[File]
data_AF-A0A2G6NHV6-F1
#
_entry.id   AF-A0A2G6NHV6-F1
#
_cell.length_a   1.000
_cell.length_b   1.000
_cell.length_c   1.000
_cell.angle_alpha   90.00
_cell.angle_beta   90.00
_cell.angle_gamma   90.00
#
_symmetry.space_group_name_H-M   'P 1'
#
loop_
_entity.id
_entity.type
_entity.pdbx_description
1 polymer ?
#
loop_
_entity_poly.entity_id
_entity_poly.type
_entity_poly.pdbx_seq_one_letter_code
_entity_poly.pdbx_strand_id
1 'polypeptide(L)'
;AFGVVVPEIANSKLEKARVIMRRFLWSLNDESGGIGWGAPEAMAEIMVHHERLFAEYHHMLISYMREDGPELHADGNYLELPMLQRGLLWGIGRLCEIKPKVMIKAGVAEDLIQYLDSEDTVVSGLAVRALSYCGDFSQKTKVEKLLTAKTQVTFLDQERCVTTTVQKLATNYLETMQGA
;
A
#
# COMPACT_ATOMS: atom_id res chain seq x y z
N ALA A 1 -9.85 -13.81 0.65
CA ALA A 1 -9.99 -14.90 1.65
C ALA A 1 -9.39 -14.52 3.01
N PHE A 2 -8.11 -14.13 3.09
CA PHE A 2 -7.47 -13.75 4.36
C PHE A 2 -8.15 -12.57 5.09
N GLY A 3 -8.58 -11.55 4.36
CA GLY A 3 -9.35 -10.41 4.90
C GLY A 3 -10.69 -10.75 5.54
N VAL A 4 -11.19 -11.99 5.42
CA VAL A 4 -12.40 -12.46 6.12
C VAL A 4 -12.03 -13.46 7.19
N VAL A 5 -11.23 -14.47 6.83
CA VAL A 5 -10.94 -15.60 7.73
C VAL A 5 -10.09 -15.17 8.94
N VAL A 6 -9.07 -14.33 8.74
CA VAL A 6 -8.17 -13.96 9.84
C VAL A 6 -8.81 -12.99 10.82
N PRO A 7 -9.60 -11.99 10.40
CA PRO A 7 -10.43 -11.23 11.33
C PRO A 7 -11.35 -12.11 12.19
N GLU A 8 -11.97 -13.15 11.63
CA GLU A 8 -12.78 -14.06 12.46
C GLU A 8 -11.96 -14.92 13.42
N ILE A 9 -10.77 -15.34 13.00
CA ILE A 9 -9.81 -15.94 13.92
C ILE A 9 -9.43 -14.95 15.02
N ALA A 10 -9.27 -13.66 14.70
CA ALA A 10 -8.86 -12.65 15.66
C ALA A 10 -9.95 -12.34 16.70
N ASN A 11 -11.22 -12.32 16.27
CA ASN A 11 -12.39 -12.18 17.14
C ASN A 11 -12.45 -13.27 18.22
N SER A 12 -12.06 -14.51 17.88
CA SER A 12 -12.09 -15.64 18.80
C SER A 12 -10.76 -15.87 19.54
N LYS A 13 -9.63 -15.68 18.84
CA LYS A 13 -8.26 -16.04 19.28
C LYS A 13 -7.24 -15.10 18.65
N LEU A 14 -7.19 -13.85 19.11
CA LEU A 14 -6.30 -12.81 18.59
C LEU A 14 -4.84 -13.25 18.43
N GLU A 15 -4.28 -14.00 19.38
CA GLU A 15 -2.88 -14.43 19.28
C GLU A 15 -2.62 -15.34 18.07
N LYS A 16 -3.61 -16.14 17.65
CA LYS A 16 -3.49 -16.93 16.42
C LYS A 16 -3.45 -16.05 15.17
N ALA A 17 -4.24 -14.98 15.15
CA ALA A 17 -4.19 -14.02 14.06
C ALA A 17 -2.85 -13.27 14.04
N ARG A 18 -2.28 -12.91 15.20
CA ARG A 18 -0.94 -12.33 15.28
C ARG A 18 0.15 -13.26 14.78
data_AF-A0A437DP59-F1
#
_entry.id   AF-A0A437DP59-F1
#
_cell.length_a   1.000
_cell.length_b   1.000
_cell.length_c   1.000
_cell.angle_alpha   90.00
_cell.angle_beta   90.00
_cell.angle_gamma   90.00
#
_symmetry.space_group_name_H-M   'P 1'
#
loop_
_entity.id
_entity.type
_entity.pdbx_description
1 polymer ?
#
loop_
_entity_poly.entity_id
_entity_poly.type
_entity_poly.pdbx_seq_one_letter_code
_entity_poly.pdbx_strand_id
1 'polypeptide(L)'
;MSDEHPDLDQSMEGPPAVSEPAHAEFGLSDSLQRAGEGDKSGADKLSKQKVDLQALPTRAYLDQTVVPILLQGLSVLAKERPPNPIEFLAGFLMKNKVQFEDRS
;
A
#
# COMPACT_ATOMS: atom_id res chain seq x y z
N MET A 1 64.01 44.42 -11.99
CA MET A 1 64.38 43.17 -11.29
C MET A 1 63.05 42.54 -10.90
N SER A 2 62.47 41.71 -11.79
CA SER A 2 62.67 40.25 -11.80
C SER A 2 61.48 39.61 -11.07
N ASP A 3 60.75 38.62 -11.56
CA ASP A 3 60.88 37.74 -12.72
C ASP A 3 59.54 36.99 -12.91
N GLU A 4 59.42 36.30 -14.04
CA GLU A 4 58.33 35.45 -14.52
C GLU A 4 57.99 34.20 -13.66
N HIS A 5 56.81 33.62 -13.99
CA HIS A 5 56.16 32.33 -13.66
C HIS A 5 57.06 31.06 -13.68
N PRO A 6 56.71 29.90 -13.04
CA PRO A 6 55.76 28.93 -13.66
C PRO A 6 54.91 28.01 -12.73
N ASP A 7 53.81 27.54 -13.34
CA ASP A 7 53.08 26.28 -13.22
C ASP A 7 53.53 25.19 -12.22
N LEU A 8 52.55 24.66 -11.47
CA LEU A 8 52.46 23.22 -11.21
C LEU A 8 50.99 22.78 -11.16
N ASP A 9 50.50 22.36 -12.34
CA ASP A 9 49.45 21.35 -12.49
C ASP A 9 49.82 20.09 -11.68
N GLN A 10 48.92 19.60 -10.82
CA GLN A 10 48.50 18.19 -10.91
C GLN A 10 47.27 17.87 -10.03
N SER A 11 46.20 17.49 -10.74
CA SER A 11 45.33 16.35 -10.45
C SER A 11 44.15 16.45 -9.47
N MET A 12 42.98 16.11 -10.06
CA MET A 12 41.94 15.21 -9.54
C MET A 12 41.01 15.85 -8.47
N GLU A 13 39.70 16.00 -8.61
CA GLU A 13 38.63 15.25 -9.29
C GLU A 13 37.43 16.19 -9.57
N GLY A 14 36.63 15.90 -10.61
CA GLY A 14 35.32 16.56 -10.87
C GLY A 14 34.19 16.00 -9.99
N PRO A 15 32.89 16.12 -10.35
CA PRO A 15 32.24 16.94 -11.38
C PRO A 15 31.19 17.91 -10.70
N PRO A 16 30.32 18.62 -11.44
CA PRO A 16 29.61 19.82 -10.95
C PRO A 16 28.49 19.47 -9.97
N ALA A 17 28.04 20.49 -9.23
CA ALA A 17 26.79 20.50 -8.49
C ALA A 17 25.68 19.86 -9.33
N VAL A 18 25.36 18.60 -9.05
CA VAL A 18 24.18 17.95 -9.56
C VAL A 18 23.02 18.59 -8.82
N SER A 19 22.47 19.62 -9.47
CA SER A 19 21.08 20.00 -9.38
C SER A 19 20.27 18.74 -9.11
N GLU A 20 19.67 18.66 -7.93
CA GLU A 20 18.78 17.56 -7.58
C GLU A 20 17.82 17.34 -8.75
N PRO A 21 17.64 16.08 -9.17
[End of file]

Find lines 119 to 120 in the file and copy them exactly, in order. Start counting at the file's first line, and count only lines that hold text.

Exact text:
CA SER A 2 62.67 40.25 -11.80
C SER A 2 61.48 39.61 -11.07